Nature has a way of surprising us and bringing awe and wonder to our lives. It can also be dangerous and destructive. In West Texas, weather is something that determines more than what we wear to work. It determines whether our crops thrive or fail and whether our pastures will feed our livestock or have to be supplemented. Whatever comes, the community pulls together and faces it as a group.
This time last year, a super cell moving through the area dropped several inches of hail on the turkey area. It was Thursday, April 28, 2016, just as the Bob Wills weekend was really starting to ramp up.
The same cell moved east and was filmed by the Texas Storm Chasers and others as it spawned a tornado in the open fields.
About a month later, another super cell brought a very large and dangerous wedge tornado. It was unusual in several ways. First, it was a nighttime tornado which made it extremely hard to see; only in glimpses in the lightning flashes as they back lit the storm. Secondly, it was nearly stationary for quite a long time. Thankfully, it was east of Turkey in unpopulated ranching country and only damaged some of the large power lines that service the area wind turbines.
These late afternoon images by Roger Hill (above) and Andy Barber (left) of the developing super cell east of Turkey set an ominous stage.
The sun had long since gone down by the time this massive wedge tornado had formed. Many storm chasers consider it one of their most dangerous chases because of the lack of escape roads and the fact that they didn’t realize what they had because of the low visibility due to the darkness of the late hour.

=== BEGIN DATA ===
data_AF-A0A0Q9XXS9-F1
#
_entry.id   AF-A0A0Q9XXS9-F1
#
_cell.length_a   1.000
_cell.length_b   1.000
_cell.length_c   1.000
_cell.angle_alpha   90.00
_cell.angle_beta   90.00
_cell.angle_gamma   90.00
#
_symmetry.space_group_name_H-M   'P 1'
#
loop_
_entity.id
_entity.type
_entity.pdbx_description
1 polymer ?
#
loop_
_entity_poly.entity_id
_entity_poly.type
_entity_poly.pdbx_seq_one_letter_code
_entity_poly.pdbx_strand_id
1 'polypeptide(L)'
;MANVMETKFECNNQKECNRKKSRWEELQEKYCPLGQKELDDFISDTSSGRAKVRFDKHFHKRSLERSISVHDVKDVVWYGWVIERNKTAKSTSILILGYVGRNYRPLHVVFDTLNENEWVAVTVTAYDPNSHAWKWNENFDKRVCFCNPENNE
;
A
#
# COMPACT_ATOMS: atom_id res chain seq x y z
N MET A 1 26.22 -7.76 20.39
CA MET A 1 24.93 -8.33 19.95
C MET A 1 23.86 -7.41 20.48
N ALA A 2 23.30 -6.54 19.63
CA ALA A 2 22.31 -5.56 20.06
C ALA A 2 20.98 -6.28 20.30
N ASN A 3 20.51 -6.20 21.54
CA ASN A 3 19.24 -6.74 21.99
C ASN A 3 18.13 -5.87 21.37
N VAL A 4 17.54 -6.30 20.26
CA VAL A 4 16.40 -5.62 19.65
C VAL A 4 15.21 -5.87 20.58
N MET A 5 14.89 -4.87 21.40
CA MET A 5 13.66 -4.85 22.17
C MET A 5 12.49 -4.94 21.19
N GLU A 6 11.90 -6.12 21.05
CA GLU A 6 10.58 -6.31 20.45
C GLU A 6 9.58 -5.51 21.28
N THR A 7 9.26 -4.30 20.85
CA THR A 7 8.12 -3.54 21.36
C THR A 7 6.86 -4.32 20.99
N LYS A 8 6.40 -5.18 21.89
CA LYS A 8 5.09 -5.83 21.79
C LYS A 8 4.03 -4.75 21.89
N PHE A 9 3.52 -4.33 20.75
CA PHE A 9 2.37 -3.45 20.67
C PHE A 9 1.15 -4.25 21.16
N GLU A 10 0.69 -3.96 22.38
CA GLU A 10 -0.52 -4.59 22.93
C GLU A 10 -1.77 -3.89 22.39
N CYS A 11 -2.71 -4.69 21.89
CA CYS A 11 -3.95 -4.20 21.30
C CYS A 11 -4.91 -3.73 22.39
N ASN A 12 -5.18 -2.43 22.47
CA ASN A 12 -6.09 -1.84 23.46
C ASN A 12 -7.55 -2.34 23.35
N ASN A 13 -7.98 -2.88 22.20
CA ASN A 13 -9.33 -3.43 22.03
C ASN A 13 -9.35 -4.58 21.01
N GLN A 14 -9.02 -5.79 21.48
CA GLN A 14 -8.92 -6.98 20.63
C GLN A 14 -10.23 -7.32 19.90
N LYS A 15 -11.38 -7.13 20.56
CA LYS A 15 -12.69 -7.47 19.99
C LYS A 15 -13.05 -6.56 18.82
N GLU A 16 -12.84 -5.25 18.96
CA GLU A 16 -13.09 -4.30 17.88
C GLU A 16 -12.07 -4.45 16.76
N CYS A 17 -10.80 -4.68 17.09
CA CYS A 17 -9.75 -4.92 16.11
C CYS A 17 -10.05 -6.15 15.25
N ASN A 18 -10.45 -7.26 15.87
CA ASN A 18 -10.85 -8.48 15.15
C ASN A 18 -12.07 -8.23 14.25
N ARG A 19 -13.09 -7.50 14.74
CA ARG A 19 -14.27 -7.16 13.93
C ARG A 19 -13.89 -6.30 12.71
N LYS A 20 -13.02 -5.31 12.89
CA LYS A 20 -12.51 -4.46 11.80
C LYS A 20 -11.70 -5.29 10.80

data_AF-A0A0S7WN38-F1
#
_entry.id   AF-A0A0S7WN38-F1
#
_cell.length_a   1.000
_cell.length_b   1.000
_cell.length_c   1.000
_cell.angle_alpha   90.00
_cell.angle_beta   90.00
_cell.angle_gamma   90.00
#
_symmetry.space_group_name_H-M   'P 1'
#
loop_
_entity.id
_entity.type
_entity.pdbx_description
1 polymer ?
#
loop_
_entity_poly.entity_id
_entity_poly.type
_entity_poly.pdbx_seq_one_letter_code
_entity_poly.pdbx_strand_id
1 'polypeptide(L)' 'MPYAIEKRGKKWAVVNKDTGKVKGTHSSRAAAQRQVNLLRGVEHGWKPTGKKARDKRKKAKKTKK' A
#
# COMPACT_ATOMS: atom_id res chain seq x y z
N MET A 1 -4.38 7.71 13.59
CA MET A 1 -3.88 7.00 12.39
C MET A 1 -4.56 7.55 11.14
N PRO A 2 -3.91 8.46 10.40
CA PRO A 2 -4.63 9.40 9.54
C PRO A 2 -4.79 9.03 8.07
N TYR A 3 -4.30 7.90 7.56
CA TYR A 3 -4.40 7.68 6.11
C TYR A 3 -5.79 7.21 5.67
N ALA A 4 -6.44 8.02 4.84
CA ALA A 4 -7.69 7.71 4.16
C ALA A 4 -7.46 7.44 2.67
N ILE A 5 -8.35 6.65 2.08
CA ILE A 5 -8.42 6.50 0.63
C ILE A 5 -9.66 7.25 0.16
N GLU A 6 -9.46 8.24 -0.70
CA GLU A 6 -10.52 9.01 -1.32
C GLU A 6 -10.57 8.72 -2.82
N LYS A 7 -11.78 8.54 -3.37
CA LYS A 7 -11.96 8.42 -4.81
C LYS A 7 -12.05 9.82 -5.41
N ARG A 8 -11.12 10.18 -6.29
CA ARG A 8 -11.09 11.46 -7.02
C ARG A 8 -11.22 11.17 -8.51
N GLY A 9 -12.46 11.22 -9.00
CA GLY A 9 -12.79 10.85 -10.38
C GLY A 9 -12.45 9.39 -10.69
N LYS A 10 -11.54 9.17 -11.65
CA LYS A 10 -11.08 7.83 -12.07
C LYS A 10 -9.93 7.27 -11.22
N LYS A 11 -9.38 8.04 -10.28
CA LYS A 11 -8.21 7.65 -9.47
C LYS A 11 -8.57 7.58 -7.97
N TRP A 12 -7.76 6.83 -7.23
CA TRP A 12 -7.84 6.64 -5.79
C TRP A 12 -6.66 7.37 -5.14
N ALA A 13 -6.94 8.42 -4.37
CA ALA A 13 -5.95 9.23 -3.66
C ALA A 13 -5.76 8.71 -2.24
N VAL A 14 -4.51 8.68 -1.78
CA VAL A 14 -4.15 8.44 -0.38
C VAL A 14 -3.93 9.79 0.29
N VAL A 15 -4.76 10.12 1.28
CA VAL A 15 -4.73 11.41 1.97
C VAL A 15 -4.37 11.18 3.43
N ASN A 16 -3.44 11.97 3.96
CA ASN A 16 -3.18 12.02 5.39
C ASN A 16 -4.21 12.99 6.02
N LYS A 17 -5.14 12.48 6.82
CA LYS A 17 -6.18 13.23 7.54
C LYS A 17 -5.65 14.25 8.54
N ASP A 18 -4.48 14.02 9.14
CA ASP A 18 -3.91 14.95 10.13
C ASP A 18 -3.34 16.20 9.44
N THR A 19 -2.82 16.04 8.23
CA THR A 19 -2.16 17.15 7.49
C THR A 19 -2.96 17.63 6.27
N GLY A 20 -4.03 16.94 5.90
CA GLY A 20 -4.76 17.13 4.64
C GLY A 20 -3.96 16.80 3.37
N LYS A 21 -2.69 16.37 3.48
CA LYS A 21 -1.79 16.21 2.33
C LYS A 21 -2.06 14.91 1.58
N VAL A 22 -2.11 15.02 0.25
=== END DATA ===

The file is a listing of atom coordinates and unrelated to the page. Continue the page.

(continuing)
Unbelievable shots taken during lightning flashes by storm chasers Andy Barber (above), Greg Johnson (left) and Roger Hill (below)show how large this EF3 tornado was.
Many of the storm chasers posted video of their chases that night. They are embedded below for your convenience. Sadly, some contain profanity, so listen at your discretion.
Max Olson Chasing
David Piano: Extreme Weather Chaser
In the Spring, the Turkey area had several close calls with fires fueled by dry grass and strong winds, but managed to dodge a bullet.Then on February 10 & 11, 2017, the Turkey Volunteer Fire Department, aided by 13 other departments and air support from area pilots, fought night and day to control a new wildfire. 2337 acres eventually burned in this dangerous fire started by a cutting torch which sparked a fire that got out of control quickly. This fire had the potential to burn out of control for even longer, but the tenacity and skill of those working together on this incident paid off. Most of these pictures are taken by Tori Minick and featured in an article which you can read here:
This ariel shot by Craig Turner shows the path of the Tripp fire.
Finally on Sunday, the fire was officially declared cold and the remainder of the firefighters still on guard went home.